In 2008, the Democrats did something ingenious. They found their first 21st
century candidate for the presidency.
No more Al Gores or John Kerrys. No more Clintons. No more Cold War-era
fossils. In fact, one of the biggest reasons Barack Obama was able to beat
Hillary Clinton in the 2008 Democrat primaries was because he created a new
brand based on the future. The Obama brand was able to smash the
once-omnipotent Clinton brand because the Clinton brand was yesterday's
newspaper while the Obama brand was tomorrow's.
Obama was the quintessential 21st century candidate: a young, hip, and
biracial man with a glamorous wife, adorable young children, and
friendships with pop culture icons like Jay-Z. Obama's campaign was equally
21st century: they used social media to great effect before most people even
knew what it was. They were tweeting their followers at Kanye West concerts
while John McCain, God love him, was campaigning with smoke signals.
This time, the tables have turned. While Mitt Romney sort of straddles the
20th and 21st centuries, his running mate is most decidedly 21st century.
Paul Ryan is 42 years old, making him almost a decade younger than the young
whipper-snapper of the 2008 campaign, Barack Obama. He sleeps in his
Capitol Hill office like it's a dorm room. He does the insanely tough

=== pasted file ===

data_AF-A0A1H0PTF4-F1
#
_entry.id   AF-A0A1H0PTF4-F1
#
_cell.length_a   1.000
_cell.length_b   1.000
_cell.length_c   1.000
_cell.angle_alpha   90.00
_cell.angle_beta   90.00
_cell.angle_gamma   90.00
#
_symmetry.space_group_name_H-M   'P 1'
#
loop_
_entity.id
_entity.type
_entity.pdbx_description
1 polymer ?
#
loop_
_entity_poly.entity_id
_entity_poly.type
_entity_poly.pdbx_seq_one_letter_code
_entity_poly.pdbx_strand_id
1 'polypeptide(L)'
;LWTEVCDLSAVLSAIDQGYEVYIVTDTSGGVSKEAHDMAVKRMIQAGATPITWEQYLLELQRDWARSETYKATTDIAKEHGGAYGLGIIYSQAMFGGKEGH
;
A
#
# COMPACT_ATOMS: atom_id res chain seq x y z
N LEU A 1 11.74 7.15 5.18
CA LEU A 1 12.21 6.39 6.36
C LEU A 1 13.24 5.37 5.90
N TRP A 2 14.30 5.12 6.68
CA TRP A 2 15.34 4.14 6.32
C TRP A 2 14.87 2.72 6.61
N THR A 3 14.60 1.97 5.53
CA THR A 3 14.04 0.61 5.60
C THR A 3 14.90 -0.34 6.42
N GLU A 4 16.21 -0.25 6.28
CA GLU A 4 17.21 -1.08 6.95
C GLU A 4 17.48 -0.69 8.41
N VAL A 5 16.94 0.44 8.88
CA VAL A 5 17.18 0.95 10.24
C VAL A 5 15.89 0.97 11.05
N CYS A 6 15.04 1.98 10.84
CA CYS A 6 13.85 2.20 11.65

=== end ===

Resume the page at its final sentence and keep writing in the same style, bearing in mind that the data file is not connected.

workout P90X. He walks around wearing headphones, like NBA stars and
Olympic athletes. He is cool.
This matters in a nation that has always been forward-looking, pioneering,
innovative, and geared toward the future. Negativity and the past don't win the
big battles for the future. Obama knew that when he crushed the Clinton
machine and later, the 20th century GOP machine. This time, the Republicans
get it, and they've found a dynamic, fearless 21st century guy in Paul Ryan.
Even Mitt Romney has become cooler, tougher, looser, and more
forward-looking since Ryan joined him on the trail.
Call it The Ryan Effect.
And consider a major piece of early evidence that The Ryan Effect is
resonating. Today, John Zogby and his firm JZ Analytics released a poll of
1,117 likely voters taken over the weekend after the Ryan announcement was
made. He found that an astonishing 40 percent of the youth vote -- those 18 to 19
years old -- now support Romney/Ryan. In 2008, a whopping 66 percent of the youth
vote went to Obama. This is a major development. Younger voters are
disillusioned by Obama's Chicago-style politicking; they can't get jobs in
the Obama Economy; they've got growing concerns about the nation's debt and
how it'll effect them; and they're increasingly becoming more libertarian,
if not conservative. "They want change," Zogby said.
Yes, they do. Most of us want change. But we want real change. Not phony
Greek columns, "we're the ones we've been waiting for" change, but rather honest
change that will restore the nation and the promise of the quintessentially
bright American future. After all, that's what the 21st century should hold
for America. And that's what the Ryan Effect is starting to deliver.